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Saving Carbs for Dinnertime Might Help Control Weight
Date:12/13/2012

By Barbara Bronson Gray
HealthDay Reporter

THURSDAY, Dec. 13 (HealthDay News) -- When it comes to eating pasta, bread and potatoes, timing could be everything.

Israeli researchers found in a small study that saving most carbohydrates for dinnertime may help keep people from feeling hungry the following day, supporting weight-loss efforts for those who are obese.

The study authors were curious after reading research on Muslims during Ramadan, an annual month of religious fasting. During this period, Muslims fast during the day and then eat a high-carbohydrate evening meal.

Previous studies have found that the concentration of carbohydrates consumed at the end of the day modifies the typical day-night pattern of leptin, a hormone responsible for satiety, or feeling full. Muslims are better able to adhere to their daytime fast by pushing most carbohydrates to dinner, the study authors said.

"We believe low leptin levels during daytime are remnants of evolution when prehistoric man had to wake up and look for food," explained Zecharia Madar, professor emeritus at the Institute of Biochemistry, Food Science and Nutrition at Hebrew University in Tel Aviv. "Today, as food is highly available, this mechanism is unnecessary, and an easy way to obesity."

The researchers were also interested in the hormone ghrelin and the protein adiponectin. Ghrelin is produced in the stomach and usually increases before meals to stimulate eating. Considered the "hunger hormone," it seems to work against dieters because it tends to peak after 1 p.m. (causing afternoon snacking) and is at its lowest level during the night. Adiponectin plays a role in the development of insulin resistance -- which can be a forerunner to diabetes -- and hardening of the arteries.

The research was published in two parts, in the October 2011 issue of Obesity and in the August online issue of Nutrition, Metabolism & Cardiovascular Diseases.

The study involved 63 male and female police officers aged 25 to 55, who had a body mass index -- a measure of body fat based on height and weight -- greater than 30, which is considered obese.

Participants were randomly assigned to one of two weight-loss diets. One held most of the carbohydrates until dinner and the other distributed carbohydrates evenly throughout the day. None of the participants had been diagnosed with a disease or were pregnant, and none had been on a diet regimen for at least a year before the study.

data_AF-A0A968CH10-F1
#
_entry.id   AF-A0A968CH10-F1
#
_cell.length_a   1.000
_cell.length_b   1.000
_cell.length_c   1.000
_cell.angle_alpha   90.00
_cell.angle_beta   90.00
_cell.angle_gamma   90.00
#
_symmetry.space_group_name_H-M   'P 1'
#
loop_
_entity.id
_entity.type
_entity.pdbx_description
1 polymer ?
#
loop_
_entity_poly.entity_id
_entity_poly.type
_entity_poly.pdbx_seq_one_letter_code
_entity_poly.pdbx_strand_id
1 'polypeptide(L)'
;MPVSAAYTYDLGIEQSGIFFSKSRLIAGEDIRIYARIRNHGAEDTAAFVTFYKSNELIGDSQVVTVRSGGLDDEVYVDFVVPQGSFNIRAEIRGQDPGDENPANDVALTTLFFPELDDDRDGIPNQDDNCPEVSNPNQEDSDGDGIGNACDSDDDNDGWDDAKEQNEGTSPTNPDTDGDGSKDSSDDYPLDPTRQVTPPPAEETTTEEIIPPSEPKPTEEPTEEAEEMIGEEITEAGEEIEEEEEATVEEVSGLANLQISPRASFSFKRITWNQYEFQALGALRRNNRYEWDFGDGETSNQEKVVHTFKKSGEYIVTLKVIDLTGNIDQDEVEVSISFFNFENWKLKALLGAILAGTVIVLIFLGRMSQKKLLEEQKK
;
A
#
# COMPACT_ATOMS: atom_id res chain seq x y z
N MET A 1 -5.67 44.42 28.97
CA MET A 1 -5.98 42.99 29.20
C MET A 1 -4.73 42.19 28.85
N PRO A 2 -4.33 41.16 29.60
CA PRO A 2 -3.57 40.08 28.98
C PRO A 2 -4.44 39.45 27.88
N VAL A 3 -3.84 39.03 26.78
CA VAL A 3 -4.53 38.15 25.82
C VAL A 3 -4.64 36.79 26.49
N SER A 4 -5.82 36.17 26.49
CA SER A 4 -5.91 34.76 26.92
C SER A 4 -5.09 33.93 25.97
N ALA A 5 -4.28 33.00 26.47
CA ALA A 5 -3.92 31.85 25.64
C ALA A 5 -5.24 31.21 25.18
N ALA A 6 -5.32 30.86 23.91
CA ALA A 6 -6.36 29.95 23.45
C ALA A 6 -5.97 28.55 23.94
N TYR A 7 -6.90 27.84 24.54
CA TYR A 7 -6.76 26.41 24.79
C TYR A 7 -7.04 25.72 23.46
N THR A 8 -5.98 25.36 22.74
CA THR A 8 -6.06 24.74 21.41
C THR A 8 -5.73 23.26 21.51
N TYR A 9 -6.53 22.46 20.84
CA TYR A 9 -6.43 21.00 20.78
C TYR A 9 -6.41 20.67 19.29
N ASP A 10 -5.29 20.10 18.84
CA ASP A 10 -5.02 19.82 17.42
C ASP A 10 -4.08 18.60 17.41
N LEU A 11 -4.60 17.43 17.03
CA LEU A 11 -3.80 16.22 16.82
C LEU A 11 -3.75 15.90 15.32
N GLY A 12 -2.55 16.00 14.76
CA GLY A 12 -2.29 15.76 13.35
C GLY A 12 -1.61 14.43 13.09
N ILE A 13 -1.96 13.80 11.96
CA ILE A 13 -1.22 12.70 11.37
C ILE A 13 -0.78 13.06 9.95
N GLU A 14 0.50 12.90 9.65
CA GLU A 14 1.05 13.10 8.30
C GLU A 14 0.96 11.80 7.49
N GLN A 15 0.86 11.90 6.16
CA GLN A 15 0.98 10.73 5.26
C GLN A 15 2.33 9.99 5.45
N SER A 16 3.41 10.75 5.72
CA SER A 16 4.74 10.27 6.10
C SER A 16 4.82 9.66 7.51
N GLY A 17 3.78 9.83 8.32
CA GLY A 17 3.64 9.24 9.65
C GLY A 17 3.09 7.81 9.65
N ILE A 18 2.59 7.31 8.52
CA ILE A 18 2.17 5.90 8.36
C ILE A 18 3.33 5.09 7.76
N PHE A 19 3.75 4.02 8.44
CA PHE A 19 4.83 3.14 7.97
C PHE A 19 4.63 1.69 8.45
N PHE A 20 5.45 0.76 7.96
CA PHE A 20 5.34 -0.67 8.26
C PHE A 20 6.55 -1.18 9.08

After 180 days on the diets, the researchers found that those on the dinnertime carbohydrate diet had hormonal changes that reduced hunger. They also showed improvements in weight, waist circumference and body fat, and better blood sugar and fat levels.

Might the special carbohydrate diet offer benefits for people of normal weight? Madar said he doesn't know. "It would have been interesting to find out if our diet would be a good choice for normal-weight subjects with high glucose and pathological lipid profiles," he said.

But experts urged caution in interpreting the study.

"We know for sure that leptin and ghrelin play roles in satiety, but the research doesn't completely demonstrate in a free-living population how you change these hormones and what is the impact," said Connie Diekman, director of university nutrition at Washington University in St. Louis.

Diekman also was concerned that at the study's start there was a weight difference between the two groups of participants, which she said could contribute to the difference in final results. In addition, she said, there were notable average differences in waist circumference between the two groups.

Amy Jamieson-Petonic, program manager at Cleveland Clinic Wellness, said she wonders about the effect of night-shift work, because the participants were all police, and sleep issues related to shift work have been associated with weight problems. "We don't know what kind of sleep problems these people were having," she noted.

Jamieson-Petonic also questioned whether the lab data for the research was complete enough to make a reliable conclusion. Of the 63 participants, lab results were reported for only 39 individuals.

For most people, the toughest issue in dieting is maintaining weight loss over time. Jamieson-Petonic said the fact that the data for this study was reported after just six months fails to prove the diet is effective. "The challenge is keeping the weight off," she said. "I'd love to see these people one year out, or 18 months out. That's the challenge my clients have. And I'd also like to see the lab values after a year."

For her part, Diekman said it's clearly too soon for people to switch to a dinnertime carbohydrate diet. "From my perspective, measuring calories in and calories expended gives most people the most benefit based on what we know now."

More information

To learn more about healthy eating, visit the U.S. Centers for Disease Control and Prevention.

SOURCES: Zecharia Madar, Ph.D., professor emeritus, Institute of Biochemistry, Food Science and Nutrition, Hebrew University, Tel Aviv, and chief scientist, Ministry of Education, Israel; Connie Diekman, R.D., M.Ed., director, university nutrition, Washington University, St. Louis; Amy Jamieson-Petonic, R.D., program manager, Cleveland Clinic Wellness, Cleveland; October 2011, Obesity; August 2012, Nutrition, Metabolism & Cardiovascular Diseases, online


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